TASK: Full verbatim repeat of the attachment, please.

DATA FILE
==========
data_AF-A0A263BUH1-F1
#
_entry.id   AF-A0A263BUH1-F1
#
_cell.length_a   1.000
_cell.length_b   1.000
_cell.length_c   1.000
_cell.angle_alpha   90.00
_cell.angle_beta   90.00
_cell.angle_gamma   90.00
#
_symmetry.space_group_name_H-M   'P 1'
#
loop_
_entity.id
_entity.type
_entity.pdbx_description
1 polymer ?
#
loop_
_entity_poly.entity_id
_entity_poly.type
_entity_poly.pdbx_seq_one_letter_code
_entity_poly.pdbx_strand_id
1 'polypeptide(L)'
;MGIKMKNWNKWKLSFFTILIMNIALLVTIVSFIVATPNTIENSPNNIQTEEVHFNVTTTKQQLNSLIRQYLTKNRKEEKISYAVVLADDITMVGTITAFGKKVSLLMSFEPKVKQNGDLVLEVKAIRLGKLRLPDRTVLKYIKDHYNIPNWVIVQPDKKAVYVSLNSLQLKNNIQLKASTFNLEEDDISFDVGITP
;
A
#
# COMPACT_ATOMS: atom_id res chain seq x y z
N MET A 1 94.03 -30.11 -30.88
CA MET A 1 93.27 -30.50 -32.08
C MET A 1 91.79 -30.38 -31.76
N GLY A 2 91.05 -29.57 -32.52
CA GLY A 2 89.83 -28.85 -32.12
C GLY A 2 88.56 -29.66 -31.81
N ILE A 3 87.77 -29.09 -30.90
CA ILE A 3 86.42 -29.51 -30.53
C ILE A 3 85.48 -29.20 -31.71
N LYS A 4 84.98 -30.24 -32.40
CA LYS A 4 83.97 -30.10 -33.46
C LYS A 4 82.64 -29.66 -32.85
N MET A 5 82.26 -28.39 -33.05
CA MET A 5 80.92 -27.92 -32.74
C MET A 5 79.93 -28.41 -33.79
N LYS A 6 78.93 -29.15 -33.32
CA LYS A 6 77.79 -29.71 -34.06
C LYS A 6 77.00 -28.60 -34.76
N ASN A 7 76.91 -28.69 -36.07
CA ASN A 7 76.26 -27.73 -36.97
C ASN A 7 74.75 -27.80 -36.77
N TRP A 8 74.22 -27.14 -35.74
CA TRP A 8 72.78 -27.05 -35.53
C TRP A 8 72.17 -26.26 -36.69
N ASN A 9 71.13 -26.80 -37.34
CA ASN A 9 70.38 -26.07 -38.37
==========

data_AF-A0A263BUH1-F1
#
_entry.id   AF-A0A263BUH1-F1
#
_cell.length_a   1.000
_cell.length_b   1.000
_cell.length_c   1.000
_cell.angle_alpha   90.00
_cell.angle_beta   90.00
_cell.angle_gamma   90.00
#
_symmetry.space_group_name_H-M   'P 1'
#
loop_
_entity.id
_entity.type
_entity.pdbx_description
1 polymer ?
#
loop_
_entity_poly.entity_id
_entity_poly.type
_entity_poly.pdbx_seq_one_letter_code
_entity_poly.pdbx_strand_id
1 'polypeptide(L)'
;MGIKMKNWNKWKLSFFTILIMNIALLVTIVSFIVATPNTIENSPNNIQTEEVHFNVTTTKQQLNSLIRQYLTKNRKEEKISYAVVLADDITMVGTITAFGKKVSLLMSFEPKVKQNGDLVLEVKAIRLGKLRLPDRTVLKYIKDHYNIPNWVIVQPDKKAVYVSLNSLQLKNNIQLKASTFNLEEDDISFDVGITP
;
A
#
# COMPACT_ATOMS: atom_id res chain seq x y z
N MET A 1 94.03 -30.11 -30.88
CA MET A 1 93.27 -30.50 -32.08
C MET A 1 91.79 -30.38 -31.76
N GLY A 2 91.05 -29.57 -32.52
CA GLY A 2 89.83 -28.85 -32.12
C GLY A 2 88.56 -29.66 -31.81
N ILE A 3 87.77 -29.09 -30.90
CA ILE A 3 86.42 -29.51 -30.53
C ILE A 3 85.48 -29.20 -31.71
N LYS A 4 84.98 -30.24 -32.40
CA LYS A 4 83.97 -30.10 -33.46
C LYS A 4 82.64 -29.66 -32.85
N MET A 5 82.26 -28.39 -33.05
CA MET A 5 80.92 -27.92 -32.74
C MET A 5 79.93 -28.41 -33.79
N LYS A 6 78.93 -29.15 -33.32
CA LYS A 6 77.79 -29.71 -34.06
C LYS A 6 77.00 -28.60 -34.76
N ASN A 7 76.91 -28.69 -36.07
CA ASN A 7 76.26 -27.73 -36.97
C ASN A 7 74.75 -27.80 -36.77
N TRP A 8 74.22 -27.14 -35.74
CA TRP A 8 72.78 -27.05 -35.53
C TRP A 8 72.17 -26.26 -36.69
N ASN A 9 71.13 -26.80 -37.34
CA ASN A 9 70.38 -26.07 -38.37